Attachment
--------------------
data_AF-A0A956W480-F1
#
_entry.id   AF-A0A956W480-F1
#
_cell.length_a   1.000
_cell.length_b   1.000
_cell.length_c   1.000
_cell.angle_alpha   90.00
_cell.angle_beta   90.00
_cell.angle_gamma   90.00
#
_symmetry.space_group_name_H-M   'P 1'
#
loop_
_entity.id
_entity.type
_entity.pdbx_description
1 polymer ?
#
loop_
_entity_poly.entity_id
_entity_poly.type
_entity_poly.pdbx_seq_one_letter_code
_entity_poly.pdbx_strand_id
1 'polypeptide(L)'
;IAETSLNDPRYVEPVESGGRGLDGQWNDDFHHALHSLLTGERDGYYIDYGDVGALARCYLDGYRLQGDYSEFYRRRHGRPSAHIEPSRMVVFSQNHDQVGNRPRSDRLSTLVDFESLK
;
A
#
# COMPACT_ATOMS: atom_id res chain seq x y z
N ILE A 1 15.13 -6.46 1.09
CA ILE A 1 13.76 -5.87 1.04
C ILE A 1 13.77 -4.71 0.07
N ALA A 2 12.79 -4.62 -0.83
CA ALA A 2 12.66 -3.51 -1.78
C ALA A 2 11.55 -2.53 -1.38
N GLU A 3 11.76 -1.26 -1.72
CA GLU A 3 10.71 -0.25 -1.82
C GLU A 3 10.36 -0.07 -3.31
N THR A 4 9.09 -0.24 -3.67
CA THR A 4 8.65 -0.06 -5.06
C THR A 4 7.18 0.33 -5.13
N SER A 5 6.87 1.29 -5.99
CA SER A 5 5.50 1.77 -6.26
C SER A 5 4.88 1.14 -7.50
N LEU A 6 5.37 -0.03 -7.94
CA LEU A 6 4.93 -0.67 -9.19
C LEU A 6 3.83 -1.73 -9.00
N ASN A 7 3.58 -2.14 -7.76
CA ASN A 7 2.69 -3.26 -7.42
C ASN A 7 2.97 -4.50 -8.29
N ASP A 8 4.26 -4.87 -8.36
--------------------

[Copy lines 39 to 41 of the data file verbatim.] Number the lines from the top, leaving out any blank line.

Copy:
C GLU A 3 10.36 -0.07 -3.31
N THR A 4 9.09 -0.24 -3.67
CA THR A 4 8.65 -0.06 -5.06